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Marine Ecology Progress Series

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MEPS 207:79-88 (2000)  -  doi:10.3354/meps207079

Invasion of Sargassum muticum in Limfjorden (Denmark) and its possible impact on the indigenous macroalgal community

Peter A. Stæhr1,*, Morten F. Pedersen1, Mads S. Thomsen1, Thomas Wernberg1, Dorte Krause-Jensen2

1Department of Life Sciences and Chemistry, Roskilde University, Box 260, 4000 Roskilde, Denmark
2National Environmental Research Institute, Department of Lake and Estuarine Ecology, Box 314, 8600 Silkeborg, Denmark
*Present address: National Environmental Research Institute, Department of Marine Ecology, Box 358, 4000 Roskilde, Denmark. E-mail:

ABSTRACT: Attached Sargassum muticum (Yendo) Fensholt was first observed in the westernmost part of Limfjorden (Denmark) in 1984, and it has since colonized Limfjorden from west to east at a rate of 15 to 17 km yr-1. By 1997, S. muticum had become the most dominant macroalga, covering more than 6% of the bottom between 0 and 6 m depth, corresponding to ca 35% cover of the hard substrate. In 1990, the cover of S. muticum was strongly correlated with distance from the original source area in the westernmost part of the estuary, suggesting that colonization was still in progress. By 1997, the cover of S. muticum was less correlated with distance from the original source area and more strongly correlated with the amount of hard substrate, indicating that colonization was reaching its climax. The absence of S. muticum from certain parts of Limfjorden by 1997 is therefore best explained by lack of hard substrate in these areas, and not by insufficient colonization time. The increased abundance of S. muticum between 1990 and 1997 affected species richness and diversity of the macroalgal community only marginally. However, multivariate community analysis revealed significant changes in the macroalgal community structure that were closely related to the increased abundance of S. muticum. Not only did the dominance of S. muticum increase significantly from 1990 to 1997, but the cover of several indigenous species belonging to the genera Laminaria, Fucus, and Codium decreased during the same period, indicating competitive displacement through competition for hard substrate and light.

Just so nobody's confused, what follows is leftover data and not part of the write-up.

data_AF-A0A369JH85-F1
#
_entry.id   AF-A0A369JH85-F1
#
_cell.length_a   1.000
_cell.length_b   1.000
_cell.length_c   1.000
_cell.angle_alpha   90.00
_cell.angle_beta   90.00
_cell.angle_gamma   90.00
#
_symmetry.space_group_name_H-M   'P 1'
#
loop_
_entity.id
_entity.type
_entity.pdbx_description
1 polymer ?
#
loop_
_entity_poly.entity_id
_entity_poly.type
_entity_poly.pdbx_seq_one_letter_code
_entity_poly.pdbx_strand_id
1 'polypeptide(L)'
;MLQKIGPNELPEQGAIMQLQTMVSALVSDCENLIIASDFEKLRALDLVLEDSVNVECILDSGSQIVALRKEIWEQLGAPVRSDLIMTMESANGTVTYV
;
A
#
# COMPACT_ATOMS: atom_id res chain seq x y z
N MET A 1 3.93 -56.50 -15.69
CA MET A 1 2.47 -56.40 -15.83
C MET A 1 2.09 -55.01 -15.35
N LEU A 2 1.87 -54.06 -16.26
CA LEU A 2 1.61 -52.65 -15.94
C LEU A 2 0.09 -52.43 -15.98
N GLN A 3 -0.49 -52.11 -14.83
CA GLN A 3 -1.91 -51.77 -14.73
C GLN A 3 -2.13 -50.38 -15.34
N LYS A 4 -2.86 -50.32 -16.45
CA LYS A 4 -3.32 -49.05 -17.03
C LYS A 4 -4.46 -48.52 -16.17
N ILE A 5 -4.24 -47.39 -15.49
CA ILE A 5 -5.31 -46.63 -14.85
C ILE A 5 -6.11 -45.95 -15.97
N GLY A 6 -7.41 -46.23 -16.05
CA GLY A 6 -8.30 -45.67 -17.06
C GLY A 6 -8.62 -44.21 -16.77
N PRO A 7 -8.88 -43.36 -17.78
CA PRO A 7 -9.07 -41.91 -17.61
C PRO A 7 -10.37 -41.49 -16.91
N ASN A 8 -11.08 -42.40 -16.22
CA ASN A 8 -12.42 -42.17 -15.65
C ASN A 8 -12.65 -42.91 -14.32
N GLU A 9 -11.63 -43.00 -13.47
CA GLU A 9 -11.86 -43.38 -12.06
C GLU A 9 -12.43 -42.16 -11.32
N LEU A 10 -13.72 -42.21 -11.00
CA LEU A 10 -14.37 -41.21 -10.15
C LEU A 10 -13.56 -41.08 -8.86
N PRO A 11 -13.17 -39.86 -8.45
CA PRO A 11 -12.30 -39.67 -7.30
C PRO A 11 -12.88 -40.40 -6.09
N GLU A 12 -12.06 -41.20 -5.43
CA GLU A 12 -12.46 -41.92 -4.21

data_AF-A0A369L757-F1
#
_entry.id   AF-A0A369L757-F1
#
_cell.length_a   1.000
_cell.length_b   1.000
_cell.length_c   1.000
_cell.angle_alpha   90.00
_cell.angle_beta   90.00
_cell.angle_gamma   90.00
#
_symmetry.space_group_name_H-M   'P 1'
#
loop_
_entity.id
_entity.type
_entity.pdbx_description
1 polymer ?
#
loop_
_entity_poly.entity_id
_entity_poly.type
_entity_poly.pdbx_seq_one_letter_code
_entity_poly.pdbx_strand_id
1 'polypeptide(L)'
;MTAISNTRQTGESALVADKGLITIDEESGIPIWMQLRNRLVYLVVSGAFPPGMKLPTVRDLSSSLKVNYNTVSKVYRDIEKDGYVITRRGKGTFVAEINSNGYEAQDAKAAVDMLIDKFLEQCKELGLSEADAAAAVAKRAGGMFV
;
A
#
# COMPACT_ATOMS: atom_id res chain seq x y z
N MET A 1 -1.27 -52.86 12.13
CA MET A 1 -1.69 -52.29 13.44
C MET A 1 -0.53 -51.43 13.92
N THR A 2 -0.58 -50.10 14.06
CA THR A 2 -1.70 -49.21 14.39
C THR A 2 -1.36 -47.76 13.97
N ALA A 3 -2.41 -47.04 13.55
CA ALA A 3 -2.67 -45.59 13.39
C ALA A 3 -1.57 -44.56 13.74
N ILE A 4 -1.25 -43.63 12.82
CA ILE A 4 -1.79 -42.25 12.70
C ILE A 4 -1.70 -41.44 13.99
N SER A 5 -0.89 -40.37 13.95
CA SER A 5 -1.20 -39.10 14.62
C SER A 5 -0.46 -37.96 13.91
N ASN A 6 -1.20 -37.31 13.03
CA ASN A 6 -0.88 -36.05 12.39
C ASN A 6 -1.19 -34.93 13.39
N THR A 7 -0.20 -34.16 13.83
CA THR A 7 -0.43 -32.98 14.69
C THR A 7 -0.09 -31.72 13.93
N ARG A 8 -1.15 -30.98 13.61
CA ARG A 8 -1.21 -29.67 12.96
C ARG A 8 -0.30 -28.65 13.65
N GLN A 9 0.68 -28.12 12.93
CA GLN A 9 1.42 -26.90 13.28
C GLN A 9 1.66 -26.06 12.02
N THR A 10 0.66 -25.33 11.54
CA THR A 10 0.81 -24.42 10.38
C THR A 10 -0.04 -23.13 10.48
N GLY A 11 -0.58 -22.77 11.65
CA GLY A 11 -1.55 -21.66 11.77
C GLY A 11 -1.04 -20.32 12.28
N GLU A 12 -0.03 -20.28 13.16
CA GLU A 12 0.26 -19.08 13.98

KEY WORDS: Sargassum muticum · Macroalgae · Invasion · Macroalgal community structure

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